Pharmacokinetics, Pharmacodynamics, and PKPD Modeling of Curcumin in Regulating Antioxidant and Epigenetic Gene Expression in Healthy Human Volunteers
Mol Pharm.2019;16(5):1881-1889. DOI: 10.1021/acs.molpharmaceut.8b01246
Epigenetic modification is a regulation, primarily constitutes processes like DNA methylation, histone modifications, and alteration in microRNA (miRNA) which leads altered gene expression without any change in the DNA sequence. Studies have shown that it is important mechanism by which dietary components can selectively activate or inactivate gene expression. Curcumin has been recently shown to induce epigenetic changes leading to beneficial expression of genes related to antioxidants and inflammation. Many studies concern the low bioavailability of curcuminoids.
To describe the acute pharmacokinetics and pharmacodynamics (PK/PD) of curcumin in normal, healthy human volunteers.
Twelve volunteers received a 4 g dose of curcumin capsules with a standard breakfast. Plasma samples were collected at specified time points and analyzed for curcumin and its glucuronide levels. RNA was extracted from leukocytes and analyzed for expression of select antioxidant and epigenetic histone deacetylase (HDAC) genes. Pharmacodynamics marker antioxidant genes NRF2, HO-1, and NQO1 and epigenetic genes HDAC1, HDAC2, HDAC3, and HDAC4 were quantified by qPCR.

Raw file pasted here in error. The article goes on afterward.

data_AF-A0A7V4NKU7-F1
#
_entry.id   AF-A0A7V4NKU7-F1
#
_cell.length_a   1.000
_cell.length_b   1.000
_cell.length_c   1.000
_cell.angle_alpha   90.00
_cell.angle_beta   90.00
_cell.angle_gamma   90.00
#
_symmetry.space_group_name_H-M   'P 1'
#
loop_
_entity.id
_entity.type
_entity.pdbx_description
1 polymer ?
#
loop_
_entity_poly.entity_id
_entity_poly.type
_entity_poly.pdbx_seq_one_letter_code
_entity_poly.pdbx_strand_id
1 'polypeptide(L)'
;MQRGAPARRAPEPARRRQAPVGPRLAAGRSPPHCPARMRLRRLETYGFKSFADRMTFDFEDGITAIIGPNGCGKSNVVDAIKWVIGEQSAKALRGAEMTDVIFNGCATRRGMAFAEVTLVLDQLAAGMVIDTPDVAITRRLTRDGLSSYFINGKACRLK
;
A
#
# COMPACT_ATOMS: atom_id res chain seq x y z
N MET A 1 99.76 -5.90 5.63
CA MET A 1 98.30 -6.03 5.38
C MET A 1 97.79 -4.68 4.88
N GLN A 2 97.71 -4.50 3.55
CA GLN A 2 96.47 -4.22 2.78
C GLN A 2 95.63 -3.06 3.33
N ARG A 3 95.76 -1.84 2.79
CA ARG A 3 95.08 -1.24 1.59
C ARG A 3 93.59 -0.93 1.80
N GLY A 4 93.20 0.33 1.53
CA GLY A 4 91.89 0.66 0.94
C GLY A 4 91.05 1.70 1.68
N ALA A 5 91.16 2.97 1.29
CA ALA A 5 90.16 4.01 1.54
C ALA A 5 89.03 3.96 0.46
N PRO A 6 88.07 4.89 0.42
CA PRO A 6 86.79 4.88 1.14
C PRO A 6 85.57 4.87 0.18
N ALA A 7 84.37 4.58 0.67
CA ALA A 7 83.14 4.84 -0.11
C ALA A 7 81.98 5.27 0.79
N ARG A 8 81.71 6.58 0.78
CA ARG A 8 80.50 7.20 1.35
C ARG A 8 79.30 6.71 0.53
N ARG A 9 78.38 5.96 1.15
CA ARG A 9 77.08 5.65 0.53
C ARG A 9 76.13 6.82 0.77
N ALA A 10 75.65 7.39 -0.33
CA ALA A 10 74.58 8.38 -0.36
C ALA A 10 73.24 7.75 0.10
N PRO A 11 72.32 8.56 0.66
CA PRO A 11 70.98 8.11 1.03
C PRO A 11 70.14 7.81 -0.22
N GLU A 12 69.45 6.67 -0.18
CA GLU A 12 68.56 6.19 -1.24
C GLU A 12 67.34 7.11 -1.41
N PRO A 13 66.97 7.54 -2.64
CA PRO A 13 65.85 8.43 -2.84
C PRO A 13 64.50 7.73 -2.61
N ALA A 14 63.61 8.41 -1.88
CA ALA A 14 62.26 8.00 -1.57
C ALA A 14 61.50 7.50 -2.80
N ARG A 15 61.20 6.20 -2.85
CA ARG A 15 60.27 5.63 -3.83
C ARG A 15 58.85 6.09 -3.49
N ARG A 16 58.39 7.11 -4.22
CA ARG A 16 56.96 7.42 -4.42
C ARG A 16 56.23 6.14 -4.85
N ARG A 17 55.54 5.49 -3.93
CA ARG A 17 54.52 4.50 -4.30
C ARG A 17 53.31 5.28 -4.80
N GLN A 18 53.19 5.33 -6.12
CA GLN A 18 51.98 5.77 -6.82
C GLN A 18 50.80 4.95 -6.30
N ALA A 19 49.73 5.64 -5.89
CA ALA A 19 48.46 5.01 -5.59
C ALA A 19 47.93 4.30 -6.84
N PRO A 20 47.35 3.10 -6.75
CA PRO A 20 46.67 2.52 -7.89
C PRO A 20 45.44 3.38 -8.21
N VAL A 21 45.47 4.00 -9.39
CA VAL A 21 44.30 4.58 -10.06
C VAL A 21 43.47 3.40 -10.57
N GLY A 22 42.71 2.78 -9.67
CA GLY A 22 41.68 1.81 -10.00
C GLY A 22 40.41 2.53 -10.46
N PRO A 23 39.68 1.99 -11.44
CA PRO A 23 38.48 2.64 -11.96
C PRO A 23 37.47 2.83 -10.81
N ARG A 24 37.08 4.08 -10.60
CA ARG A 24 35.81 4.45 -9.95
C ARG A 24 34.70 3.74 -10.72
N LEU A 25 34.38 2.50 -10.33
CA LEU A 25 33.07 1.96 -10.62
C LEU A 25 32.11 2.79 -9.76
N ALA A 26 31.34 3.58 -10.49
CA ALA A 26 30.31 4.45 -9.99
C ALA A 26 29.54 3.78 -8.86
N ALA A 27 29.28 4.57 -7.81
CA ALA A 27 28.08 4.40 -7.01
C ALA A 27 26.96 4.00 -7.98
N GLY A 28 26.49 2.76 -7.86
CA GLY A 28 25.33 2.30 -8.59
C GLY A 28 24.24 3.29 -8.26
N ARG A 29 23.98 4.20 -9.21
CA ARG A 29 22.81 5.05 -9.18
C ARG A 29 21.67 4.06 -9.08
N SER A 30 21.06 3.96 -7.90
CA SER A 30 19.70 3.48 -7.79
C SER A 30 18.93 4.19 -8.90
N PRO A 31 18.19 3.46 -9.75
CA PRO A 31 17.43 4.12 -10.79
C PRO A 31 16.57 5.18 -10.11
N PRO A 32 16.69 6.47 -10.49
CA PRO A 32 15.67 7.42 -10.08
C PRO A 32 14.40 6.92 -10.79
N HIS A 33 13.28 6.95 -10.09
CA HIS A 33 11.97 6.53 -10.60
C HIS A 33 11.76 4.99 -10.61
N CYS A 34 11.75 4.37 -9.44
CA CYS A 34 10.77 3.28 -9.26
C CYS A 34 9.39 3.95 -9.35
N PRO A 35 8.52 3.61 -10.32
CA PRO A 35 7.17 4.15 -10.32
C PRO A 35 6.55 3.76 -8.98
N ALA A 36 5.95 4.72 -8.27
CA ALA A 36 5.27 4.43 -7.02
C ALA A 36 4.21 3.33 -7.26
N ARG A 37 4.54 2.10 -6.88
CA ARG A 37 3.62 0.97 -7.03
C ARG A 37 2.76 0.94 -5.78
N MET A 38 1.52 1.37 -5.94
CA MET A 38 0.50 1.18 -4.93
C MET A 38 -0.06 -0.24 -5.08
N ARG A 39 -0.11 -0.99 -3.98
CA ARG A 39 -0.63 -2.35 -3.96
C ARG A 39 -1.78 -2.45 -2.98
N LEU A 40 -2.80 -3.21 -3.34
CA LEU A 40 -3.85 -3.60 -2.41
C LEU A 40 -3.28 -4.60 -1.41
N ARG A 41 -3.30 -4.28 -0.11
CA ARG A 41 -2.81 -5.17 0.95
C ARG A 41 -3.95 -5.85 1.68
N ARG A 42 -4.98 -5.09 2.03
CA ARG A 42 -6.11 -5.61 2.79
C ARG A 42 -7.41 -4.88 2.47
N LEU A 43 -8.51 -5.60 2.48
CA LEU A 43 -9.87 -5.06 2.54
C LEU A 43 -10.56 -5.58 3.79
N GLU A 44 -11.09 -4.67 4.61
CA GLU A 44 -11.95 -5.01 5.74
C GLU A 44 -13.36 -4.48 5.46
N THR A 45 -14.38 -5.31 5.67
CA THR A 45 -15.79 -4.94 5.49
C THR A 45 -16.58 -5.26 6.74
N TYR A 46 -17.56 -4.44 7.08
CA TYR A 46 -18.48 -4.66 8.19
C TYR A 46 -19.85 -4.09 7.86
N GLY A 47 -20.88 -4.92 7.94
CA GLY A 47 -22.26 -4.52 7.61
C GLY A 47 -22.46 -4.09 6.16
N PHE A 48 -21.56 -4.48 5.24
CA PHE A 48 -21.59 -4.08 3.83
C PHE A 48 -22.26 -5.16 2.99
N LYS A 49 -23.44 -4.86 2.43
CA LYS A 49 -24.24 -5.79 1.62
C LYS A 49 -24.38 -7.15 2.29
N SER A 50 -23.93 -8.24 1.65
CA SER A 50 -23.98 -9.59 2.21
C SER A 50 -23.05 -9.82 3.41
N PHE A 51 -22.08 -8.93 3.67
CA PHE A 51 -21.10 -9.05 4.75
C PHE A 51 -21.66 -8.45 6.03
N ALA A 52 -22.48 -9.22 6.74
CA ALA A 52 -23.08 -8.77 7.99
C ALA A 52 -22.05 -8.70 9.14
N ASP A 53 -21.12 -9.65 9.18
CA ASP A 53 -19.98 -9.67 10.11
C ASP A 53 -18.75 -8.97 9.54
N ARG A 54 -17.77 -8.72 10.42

- Plasma levels of parent curcumin were below the detection limit by HPLC-ITMS/MS/MS. However, curcumin-O-glucuronide (COG), a major metabolite of curcumin, was detected as soon as 30 min.
- Increased the gene expression of antioxidant genes NRF2, HO-1, and NQO1 and suppressed epigenetic genes HDAC1, HDAC2, HDAC3, and HDAC4.
Bioavailability of the parent curcumin compound is low, and oral administration of curcumin can still deliver detectable levels of curcumin glucuronide metabolite. Though at low detectability, curcumin elicits antioxidant and epigenetic effects which could contribute to the overall health beneficial effects of curcumin.